Putting Children First in Syria

Canadian Catholic Organization for Development and

Putting Children First in Syria

Posted by Kids Go Global on Dec 29, 2015

Development and Peace are supporting a children's centre open to children and parents of all faiths. The environment is helping to support children with disabilities and provide a place for parents to connect with one another in a safe environment.

  Children form one of the most vulnerable groups in times of war - and children with special needs even more so. When there is conflict, social services break down and families struggle to meet their basic needs. As people flee, the social fabric begins to fall apart and people lose the community support that helped them overcome the challenges they face.

The city of Homs has been one the most affected by the war in Syria. With bombs falling, a local day centre for children with special needs run by the Sisters of Sacred Heart was forced to close its doors in 2011. In fact, not long after the centre closed, the building that housed it was destroyed by bombings. Despite the security threats surrounding them, the sisters were determined to provide these much-needed services to the community and they managed to find funding to re-locate the centre to a safer neighbourhood.

At first, the centre welcomed only two children, but as one of the only organizations to continue to offer education and support to children with disabilities, it quickly grew to receiving close to 100 youth between 5 and 25 years of age on a daily basis.

Today, the sisters run four centres that are being supported by Development and Peace. They employ educators, psychologists, speech therapists and social workers, who provide a wide range of activities that help youth learn to express themselves, gain self-acceptance, become more autonomous and develop their talents and potential.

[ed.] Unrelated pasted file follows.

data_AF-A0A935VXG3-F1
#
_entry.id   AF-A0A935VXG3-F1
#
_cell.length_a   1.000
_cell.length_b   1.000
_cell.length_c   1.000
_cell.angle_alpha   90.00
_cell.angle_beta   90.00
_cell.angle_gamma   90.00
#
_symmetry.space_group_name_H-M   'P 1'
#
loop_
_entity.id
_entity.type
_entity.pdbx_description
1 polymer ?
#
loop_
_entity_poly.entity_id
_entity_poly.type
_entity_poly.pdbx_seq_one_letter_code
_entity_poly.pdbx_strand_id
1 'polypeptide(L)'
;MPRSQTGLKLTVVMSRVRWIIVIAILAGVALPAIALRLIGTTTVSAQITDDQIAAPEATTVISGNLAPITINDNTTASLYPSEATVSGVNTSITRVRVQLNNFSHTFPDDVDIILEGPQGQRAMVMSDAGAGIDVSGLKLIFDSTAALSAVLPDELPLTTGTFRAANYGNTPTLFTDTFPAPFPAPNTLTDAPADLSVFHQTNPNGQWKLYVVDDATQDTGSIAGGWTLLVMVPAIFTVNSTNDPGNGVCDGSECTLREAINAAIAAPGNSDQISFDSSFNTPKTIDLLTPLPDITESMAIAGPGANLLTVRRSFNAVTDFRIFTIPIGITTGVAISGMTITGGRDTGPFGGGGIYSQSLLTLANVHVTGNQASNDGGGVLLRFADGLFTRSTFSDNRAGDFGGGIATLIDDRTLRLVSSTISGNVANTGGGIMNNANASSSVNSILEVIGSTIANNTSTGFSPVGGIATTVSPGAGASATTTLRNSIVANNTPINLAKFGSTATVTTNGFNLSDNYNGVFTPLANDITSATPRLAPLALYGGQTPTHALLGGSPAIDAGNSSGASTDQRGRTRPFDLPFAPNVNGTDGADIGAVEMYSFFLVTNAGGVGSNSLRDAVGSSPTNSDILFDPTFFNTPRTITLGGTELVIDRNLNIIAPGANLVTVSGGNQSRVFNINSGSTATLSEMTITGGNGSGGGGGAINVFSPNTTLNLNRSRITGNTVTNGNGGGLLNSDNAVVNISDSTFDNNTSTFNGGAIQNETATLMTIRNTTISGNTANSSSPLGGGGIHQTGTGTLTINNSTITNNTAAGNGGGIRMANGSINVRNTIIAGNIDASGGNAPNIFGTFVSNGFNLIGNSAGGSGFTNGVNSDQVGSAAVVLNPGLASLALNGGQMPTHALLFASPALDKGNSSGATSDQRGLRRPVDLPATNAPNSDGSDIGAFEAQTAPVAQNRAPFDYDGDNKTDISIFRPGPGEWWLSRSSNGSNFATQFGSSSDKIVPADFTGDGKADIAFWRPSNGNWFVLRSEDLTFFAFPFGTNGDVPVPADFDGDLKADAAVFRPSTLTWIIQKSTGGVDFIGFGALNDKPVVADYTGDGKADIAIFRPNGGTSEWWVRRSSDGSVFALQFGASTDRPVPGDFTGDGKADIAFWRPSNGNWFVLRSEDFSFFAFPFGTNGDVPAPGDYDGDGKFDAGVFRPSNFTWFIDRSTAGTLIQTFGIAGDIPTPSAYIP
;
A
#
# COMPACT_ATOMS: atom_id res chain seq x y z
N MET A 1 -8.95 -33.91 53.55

Parents are encouraged to participate in activities to learn about their child’s disability and how to adapt. It creates an important community support network for them, and through this network, parents come into contact and exchange with others of different faiths and backgrounds, which contributes to creating an atmosphere of tolerance in the community.

“It is the only centre that continues to open its doors during a time that is not normal. It welcomes everyone from all regions because our mission is to serve all humanity, and each person is important in our centres,” says Sr. Samira Jriej, Director of the centre.

“It is a symbol and a bridge towards peace and reconciliation for parents, because it brings everyone together and helps them to forget the other considerations around them that are far from humanity.”


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